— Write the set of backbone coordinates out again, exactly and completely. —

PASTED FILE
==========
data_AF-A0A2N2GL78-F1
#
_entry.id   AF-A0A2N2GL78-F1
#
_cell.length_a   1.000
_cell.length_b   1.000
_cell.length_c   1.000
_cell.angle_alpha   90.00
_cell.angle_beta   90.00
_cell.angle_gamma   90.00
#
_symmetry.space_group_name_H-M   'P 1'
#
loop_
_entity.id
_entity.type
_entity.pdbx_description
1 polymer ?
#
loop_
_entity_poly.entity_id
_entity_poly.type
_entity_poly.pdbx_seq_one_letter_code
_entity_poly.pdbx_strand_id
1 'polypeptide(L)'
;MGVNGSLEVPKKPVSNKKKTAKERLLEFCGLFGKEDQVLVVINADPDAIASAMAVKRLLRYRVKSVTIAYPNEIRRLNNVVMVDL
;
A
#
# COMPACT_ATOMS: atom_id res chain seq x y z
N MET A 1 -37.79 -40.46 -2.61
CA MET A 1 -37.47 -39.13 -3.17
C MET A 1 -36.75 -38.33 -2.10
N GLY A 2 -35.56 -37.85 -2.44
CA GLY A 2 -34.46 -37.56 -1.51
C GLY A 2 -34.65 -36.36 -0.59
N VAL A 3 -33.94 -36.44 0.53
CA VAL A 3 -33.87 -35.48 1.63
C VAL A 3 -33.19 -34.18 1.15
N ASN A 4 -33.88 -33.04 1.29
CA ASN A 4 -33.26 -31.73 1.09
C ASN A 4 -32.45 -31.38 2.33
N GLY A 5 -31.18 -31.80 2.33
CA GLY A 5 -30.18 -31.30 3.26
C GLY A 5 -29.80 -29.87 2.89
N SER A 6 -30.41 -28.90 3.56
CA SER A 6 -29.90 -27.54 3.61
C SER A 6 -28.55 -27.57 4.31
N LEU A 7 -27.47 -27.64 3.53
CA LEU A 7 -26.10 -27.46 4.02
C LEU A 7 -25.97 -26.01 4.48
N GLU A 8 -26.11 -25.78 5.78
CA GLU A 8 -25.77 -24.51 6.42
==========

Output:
data_AF-A0A2N2GL78-F1
#
_entry.id   AF-A0A2N2GL78-F1
#
_cell.length_a   1.000
_cell.length_b   1.000
_cell.length_c   1.000
_cell.angle_alpha   90.00
_cell.angle_beta   90.00
_cell.angle_gamma   90.00
#
_symmetry.space_group_name_H-M   'P 1'
#
loop_
_entity.id
_entity.type
_entity.pdbx_description
1 polymer ?
#
loop_
_entity_poly.entity_id
_entity_poly.type
_entity_poly.pdbx_seq_one_letter_code
_entity_poly.pdbx_strand_id
1 'polypeptide(L)'
;MGVNGSLEVPKKPVSNKKKTAKERLLEFCGLFGKEDQVLVVINADPDAIASAMAVKRLLRYRVKSVTIAYPNEIRRLNNVVMVDL
;
A
#
# COMPACT_ATOMS: atom_id res chain seq x y z
N MET A 1 -37.79 -40.46 -2.61
CA MET A 1 -37.47 -39.13 -3.17
C MET A 1 -36.75 -38.33 -2.10
N GLY A 2 -35.56 -37.85 -2.44
CA GLY A 2 -34.46 -37.56 -1.51
C GLY A 2 -34.65 -36.36 -0.59
N VAL A 3 -33.94 -36.44 0.53
CA VAL A 3 -33.87 -35.48 1.63
C VAL A 3 -33.19 -34.18 1.15
N ASN A 4 -33.88 -33.04 1.29
CA ASN A 4 -33.26 -31.73 1.09
C ASN A 4 -32.45 -31.38 2.33
N GLY A 5 -31.18 -31.80 2.33
CA GLY A 5 -30.18 -31.30 3.26
C GLY A 5 -29.80 -29.87 2.89
N SER A 6 -30.41 -28.90 3.56
CA SER A 6 -29.90 -27.54 3.61
C SER A 6 -28.55 -27.57 4.31
N LEU A 7 -27.47 -27.64 3.53
CA LEU A 7 -26.10 -27.46 4.02
C LEU A 7 -25.97 -26.01 4.48
N GLU A 8 -26.11 -25.78 5.78
CA GLU A 8 -25.77 -24.51 6.42